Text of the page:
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My Favorite Punctuation Mark Is the Catastrophe ‘Cause No Matter Where I Put It, It’s Always in the Right Place

January 8, 2010

I am agog. Nay, I am flabbergasted and thunderstruck. I actually heard the words who and whom used correctly on a television promo for The Secret Life of the American Teenager. It happened on January 2, 2010. I have no idea who said it because I wasn’t paying attention. She—I’m pretty sure it was a she—said, “You can never tell who will fall in love with whom.”

Such correctness is rare. The who/whom conundrum is one that students often ask me about, although in everyday conversation you probably don’t need to worry about which one to use because most people won’t know the difference and those who are bothered by such mistakes should know better than to say anything to you unless of course you are in some kind of classroom situation where this sort of thing matters.

For example, I am a former high school English teacher and although you might think that I would take pleasure in correcting other people’s grammatical errors, you would be wrong. There is no joy to be found in undangling (the computer tells me that this not a word and I’d like to know why not since it certainly should be) other people’s participles since if I do, I am likely to be drawn into conversations like the one that follows.

Basically, the who/whom difference is this: use the pronoun who when it’s the subject of a sentence and the pronoun whom when it’s an object as in a prepositional phrase. Who is a subjective pronoun, meaning that it is used as a subject (which combines with a verb, necessary to make a complete sentence). Whom is an objective pronoun and gets used when it is the object of a prepositional phrase and in other instances as well. A preposition—words like by, over, under, before, and oh, so many more—combines with a noun or pronoun to make a prepositional phrase. Oh, my.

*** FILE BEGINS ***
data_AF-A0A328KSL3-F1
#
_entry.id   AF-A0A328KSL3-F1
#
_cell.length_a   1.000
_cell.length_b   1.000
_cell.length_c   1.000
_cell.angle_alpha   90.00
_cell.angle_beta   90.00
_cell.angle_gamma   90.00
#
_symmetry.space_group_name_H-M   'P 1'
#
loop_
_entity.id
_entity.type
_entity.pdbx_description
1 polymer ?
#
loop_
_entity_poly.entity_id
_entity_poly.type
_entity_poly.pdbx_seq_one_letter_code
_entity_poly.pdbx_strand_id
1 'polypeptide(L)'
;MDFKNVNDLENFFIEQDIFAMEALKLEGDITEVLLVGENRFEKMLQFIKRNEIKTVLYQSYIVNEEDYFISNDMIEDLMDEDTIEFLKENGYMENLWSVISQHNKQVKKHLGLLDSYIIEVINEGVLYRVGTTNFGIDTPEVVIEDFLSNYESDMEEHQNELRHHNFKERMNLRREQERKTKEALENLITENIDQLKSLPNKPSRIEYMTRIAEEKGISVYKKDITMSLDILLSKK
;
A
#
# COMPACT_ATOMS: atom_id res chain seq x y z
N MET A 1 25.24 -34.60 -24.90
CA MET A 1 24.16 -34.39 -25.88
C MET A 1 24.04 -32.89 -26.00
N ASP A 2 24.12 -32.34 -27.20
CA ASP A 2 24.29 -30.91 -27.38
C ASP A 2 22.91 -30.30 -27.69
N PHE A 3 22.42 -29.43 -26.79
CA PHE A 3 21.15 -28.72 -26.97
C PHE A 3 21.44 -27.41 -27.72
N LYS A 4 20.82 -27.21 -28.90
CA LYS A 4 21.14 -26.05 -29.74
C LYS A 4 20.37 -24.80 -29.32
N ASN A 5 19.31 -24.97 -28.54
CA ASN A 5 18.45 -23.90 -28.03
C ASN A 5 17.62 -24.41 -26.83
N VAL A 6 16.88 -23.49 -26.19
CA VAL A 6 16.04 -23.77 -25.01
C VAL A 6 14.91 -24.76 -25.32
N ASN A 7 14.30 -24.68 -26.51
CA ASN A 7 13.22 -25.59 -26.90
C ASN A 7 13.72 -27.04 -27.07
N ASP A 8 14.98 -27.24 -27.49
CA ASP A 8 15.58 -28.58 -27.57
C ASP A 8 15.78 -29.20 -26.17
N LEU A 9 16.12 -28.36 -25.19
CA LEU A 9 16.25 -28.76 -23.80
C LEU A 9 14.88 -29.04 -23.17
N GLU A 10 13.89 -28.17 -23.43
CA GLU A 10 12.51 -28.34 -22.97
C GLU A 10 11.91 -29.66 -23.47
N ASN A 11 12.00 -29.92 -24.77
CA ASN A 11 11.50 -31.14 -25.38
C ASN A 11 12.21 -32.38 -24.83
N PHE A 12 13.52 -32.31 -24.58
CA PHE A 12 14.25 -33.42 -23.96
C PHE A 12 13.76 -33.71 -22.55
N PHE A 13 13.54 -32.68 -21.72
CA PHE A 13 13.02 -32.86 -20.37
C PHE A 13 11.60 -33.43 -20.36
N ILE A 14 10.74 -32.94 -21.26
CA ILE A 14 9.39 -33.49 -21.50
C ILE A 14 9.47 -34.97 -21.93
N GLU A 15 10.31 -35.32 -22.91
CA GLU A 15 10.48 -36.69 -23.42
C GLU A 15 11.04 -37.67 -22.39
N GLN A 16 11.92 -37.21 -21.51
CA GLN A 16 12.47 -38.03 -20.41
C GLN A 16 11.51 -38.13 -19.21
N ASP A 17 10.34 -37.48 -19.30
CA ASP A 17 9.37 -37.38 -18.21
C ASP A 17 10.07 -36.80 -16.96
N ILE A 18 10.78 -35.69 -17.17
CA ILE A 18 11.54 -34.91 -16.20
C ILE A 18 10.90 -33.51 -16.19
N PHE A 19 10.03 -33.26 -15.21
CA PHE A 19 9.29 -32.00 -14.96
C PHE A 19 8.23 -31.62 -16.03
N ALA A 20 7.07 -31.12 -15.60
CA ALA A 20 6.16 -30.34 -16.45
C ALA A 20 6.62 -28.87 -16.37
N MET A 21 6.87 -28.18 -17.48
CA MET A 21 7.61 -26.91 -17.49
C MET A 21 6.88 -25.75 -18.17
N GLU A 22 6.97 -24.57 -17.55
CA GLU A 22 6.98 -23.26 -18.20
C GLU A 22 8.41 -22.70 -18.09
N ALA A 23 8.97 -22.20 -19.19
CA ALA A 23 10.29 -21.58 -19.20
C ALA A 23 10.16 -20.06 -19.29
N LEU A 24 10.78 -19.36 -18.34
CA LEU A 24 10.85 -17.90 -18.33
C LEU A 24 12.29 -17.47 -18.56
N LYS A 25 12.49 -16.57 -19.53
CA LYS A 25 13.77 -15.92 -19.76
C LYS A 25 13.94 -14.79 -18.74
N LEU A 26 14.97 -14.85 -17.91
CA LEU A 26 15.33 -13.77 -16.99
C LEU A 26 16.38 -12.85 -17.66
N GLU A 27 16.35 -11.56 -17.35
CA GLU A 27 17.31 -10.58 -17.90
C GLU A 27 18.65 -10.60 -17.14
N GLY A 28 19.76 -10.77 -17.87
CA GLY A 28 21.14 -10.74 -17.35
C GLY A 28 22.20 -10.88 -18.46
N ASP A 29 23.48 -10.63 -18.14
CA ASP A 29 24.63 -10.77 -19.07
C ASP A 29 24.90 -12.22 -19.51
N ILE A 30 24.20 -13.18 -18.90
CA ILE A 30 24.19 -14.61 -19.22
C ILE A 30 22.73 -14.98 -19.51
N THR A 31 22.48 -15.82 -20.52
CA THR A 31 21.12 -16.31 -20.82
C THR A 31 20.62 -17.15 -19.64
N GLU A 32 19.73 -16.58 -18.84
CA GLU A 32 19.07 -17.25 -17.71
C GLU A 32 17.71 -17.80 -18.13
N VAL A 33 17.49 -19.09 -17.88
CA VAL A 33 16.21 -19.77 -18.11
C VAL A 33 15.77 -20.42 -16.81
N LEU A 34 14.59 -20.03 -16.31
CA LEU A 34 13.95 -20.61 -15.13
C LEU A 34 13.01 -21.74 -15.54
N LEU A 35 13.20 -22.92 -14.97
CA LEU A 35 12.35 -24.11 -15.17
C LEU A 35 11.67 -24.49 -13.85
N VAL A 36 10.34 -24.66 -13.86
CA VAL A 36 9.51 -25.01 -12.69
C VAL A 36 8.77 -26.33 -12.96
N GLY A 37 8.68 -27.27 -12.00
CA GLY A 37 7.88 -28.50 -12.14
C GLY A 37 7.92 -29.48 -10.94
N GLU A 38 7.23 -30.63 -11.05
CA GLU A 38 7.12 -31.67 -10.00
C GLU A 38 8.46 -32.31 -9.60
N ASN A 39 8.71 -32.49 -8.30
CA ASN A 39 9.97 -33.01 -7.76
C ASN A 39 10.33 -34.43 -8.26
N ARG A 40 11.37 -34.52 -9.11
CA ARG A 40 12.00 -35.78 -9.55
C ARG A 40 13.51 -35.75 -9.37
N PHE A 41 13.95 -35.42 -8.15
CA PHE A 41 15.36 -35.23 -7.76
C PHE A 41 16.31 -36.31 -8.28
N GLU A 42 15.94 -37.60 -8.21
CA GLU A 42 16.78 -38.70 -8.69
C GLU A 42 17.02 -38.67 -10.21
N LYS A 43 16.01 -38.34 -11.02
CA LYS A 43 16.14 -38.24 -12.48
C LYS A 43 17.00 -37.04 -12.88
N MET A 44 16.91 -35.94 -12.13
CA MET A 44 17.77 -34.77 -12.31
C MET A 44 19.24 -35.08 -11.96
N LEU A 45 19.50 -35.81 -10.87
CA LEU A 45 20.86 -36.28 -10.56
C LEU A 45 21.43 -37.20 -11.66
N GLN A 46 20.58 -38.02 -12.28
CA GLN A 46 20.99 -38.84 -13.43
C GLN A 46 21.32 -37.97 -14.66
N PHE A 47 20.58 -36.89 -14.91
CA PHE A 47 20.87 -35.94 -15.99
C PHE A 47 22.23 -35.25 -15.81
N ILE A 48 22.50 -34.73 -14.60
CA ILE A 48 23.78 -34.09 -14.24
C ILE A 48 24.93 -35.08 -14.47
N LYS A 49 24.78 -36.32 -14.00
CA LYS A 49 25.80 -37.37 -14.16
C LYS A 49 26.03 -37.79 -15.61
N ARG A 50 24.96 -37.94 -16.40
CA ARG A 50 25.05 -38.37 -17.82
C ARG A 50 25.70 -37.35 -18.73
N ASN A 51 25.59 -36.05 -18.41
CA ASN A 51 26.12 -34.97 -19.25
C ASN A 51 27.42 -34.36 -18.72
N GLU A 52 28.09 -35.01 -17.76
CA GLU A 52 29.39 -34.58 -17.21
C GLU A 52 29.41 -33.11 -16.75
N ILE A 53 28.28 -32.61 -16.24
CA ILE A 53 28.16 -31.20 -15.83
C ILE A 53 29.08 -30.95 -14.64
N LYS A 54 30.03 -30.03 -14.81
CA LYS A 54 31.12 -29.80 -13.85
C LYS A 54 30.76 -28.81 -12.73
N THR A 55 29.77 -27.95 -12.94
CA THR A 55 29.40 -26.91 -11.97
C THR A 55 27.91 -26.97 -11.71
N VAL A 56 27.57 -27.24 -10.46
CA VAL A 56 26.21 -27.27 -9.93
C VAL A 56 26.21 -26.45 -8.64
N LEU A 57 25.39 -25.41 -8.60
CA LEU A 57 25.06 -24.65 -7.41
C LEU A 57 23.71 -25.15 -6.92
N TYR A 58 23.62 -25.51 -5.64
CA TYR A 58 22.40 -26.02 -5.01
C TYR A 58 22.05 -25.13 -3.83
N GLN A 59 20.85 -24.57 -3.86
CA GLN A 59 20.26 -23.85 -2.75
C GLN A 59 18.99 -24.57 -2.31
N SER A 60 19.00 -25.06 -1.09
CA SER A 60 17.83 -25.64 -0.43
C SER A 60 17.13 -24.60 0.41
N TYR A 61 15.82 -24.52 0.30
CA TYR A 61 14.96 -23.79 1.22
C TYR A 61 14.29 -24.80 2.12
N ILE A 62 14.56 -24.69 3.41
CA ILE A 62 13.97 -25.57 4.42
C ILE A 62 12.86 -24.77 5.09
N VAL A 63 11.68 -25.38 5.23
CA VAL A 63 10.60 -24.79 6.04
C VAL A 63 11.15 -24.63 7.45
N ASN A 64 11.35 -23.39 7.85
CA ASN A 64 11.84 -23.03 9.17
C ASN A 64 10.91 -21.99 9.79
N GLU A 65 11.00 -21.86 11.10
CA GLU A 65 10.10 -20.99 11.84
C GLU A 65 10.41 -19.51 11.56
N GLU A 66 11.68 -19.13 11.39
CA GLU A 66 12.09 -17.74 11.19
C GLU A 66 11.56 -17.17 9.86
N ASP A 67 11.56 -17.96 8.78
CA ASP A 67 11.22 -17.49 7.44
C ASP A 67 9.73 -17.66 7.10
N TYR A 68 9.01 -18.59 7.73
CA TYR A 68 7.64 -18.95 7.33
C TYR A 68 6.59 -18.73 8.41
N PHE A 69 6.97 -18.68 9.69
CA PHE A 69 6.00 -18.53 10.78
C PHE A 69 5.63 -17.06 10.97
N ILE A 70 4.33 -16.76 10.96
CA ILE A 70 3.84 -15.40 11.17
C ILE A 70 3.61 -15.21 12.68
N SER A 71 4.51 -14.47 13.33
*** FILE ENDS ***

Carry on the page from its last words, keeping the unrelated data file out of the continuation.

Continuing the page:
Yes indeedy, as you can probably imagine, it’s much more complicated than this, fraught with words like “linking verb complements” and “infinitives” and “direct objects.” I would explain it all to you, except that they do it so much better at http://www.dummies.com. Just search for “who/whom.”

Meanwhile, you can read this: Okay now, confess. Who gave the swine flu to whom? Tell me quick! Who is it? Was it you? To whom did you give it? Speak up. Whom did you give the swine flu to? Whom should I give this medicine to? What? It wasn’t you? Well, then, who was given the swine flu by whom? Who knows and who can tell me? I am determined to find the person to whom I must deliver these pills, the person who has the swine flu.

Egad. I am delighted that I did not set out to write blogs about this kind of stuff. I would have long ago quit. This is exactly why I am always vague at parties about what my college major (English) was or that I once taught high school English.

I overuse the double dash, known as an em dash, to set off phrases. I love it. I can’t write without it. How about you? What’s your favorite—or most overused—punctuation mark?

An exclamation point is like laughing at your own jokes.
• F. Scott Fitzgerald

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